The next day, Shadwell learns that he is terminally ill and has less than a year to live unless he goes to America for experimental treatment. Shadwell returns to his villa and coldly breaks off his engagement to Frances. After Shadwell leaves, Frances learns from his doctor the truth about Shadwell's condition, and then follows him to a café, where she proceeds to match him drink for drink while bickering about whether he should pursue treatment. Completely drunk, Frances climbs into a nearby fountain and sobs about her life. After Shadwell takes her back to the villa and tucks her in, he goes to see Dino at the di Cessi palace. Shadwell tells Dino he is leaving for the United States where he will marry Frances. He uses reverse psychology to provoke Dino into realizing that he loves Maria.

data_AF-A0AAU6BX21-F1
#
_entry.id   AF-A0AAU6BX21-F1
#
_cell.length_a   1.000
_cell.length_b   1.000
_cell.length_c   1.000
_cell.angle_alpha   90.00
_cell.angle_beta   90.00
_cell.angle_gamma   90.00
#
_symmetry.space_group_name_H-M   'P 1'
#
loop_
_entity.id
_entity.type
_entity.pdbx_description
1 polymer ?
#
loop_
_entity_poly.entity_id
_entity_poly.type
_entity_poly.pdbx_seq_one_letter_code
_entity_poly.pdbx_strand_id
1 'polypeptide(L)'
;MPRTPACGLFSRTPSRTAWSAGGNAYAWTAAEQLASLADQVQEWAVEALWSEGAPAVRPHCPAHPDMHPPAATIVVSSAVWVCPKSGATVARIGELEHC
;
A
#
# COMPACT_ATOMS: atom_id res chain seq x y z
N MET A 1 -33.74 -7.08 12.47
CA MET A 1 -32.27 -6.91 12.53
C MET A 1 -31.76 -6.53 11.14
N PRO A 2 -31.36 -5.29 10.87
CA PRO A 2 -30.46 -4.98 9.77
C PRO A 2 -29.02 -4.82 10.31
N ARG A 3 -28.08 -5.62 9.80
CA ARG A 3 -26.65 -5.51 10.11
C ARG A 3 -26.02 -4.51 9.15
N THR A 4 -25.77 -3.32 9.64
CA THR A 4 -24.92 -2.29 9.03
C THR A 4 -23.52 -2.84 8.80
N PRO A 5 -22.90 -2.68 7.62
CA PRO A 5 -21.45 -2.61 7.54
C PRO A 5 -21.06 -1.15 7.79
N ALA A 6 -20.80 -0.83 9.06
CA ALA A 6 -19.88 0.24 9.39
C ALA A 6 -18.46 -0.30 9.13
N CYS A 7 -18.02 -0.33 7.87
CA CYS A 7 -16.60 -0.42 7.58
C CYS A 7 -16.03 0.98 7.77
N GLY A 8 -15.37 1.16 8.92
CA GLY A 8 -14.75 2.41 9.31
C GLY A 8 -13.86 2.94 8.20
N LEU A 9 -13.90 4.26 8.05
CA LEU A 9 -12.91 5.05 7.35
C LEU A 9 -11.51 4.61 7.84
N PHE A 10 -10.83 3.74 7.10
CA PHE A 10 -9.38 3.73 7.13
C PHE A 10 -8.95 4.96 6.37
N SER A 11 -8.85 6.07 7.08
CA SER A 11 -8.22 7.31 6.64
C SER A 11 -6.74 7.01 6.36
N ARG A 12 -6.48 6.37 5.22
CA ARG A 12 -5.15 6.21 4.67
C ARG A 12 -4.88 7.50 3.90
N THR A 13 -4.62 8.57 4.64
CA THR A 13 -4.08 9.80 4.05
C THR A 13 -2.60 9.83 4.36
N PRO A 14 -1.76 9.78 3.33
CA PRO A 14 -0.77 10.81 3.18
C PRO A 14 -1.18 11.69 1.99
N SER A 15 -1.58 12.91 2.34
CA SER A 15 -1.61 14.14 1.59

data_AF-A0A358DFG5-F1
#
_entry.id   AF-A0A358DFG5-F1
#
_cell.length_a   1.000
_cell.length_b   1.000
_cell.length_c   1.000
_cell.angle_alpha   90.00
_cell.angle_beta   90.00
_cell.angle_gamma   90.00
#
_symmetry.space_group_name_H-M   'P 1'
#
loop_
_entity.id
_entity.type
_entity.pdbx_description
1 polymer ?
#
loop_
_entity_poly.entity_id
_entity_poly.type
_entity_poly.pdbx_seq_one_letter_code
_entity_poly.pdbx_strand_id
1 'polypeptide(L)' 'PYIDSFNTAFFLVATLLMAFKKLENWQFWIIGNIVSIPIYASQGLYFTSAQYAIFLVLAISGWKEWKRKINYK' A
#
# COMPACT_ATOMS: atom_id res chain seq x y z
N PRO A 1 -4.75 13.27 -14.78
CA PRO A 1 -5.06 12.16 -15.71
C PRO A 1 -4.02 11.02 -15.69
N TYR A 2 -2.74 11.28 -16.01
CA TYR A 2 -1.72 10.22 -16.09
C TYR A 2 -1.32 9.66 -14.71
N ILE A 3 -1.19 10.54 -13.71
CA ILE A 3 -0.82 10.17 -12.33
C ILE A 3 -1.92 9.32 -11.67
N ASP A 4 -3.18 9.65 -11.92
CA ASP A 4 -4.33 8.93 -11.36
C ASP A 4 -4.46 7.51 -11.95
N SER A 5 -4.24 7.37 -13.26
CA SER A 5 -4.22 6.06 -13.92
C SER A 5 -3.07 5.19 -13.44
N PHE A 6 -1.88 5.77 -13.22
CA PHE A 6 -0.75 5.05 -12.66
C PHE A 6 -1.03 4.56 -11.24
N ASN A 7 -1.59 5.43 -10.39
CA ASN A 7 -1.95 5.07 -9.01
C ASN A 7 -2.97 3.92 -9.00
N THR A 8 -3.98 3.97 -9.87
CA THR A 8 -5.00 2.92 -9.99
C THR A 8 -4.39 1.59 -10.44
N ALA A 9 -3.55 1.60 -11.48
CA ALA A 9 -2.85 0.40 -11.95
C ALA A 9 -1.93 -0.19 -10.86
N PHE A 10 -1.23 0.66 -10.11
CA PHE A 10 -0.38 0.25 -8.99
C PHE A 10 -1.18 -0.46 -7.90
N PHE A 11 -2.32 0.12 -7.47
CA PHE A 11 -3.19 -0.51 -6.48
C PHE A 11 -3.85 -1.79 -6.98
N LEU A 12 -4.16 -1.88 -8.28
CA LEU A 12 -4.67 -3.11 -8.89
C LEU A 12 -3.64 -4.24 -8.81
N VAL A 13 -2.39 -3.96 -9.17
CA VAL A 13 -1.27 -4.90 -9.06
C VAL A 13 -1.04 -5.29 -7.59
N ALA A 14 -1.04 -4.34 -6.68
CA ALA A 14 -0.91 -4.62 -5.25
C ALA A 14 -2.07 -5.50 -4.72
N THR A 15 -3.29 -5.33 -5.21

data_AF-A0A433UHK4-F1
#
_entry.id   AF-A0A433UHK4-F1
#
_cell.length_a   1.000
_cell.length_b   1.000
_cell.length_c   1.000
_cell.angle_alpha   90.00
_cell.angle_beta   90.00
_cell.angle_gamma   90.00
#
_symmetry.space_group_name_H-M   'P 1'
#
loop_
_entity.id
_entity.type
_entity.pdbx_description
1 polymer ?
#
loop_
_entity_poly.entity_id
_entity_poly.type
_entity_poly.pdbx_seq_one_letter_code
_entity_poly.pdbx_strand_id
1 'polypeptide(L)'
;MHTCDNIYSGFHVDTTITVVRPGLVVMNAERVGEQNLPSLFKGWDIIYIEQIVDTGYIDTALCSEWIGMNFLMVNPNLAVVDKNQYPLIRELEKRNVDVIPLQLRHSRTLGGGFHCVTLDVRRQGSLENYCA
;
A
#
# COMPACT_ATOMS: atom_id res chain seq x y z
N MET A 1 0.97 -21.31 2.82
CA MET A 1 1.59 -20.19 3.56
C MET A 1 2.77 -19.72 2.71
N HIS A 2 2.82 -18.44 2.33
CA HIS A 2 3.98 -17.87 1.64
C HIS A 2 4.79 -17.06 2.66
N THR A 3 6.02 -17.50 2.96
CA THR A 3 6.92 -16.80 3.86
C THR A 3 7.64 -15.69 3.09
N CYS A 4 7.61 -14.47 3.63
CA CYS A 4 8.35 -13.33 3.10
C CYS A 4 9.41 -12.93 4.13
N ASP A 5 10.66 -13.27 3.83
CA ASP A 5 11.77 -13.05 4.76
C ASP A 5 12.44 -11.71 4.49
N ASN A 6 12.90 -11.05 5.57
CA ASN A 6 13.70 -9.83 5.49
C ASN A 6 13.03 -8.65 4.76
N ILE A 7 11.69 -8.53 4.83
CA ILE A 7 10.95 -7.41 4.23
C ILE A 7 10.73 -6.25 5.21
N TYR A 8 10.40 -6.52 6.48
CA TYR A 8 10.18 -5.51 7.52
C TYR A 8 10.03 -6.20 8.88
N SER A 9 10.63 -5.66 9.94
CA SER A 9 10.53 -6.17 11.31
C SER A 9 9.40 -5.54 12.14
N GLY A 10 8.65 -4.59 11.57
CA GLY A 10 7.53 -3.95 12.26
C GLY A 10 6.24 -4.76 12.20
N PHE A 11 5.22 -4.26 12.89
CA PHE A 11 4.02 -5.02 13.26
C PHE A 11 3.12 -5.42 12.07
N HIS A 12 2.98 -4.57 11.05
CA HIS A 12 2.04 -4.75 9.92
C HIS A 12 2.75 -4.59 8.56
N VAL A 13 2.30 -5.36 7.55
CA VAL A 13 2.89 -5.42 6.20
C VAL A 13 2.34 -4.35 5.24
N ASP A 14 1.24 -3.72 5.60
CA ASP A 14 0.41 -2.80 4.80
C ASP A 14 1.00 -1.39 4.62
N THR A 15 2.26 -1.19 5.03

After Anita and Maria are packed and ready to leave, Frances telephones and asks to meet them at the Trevi Fountain. When they arrive, Maria and Anita are disappointed to see the fountain emptied for cleaning. When they are joined by Frances, however, the water springs up again and the women are thrilled by its beauty. Dino and Giorgio then arrive, and as the men embrace their girlfriends, Frances is joined by Shadwell, and they happily admire the fountain, which has proved lucky to them all.

Cast

Reception

Critical response

Upon its theatrical release, the film received generally positive reviews, particularly for its colour and CinemaScope wide-screen cinematography of Italian filming locations. In his review in The New York Times, Bosley Crowther wrote "Three Coins in the Fountain is quite clearly a film in which the locale comes first. However, the nonsense of its fable tumbles nicely within the picture frame." Crowther underscored the film's visual appeal to the audiences of his time.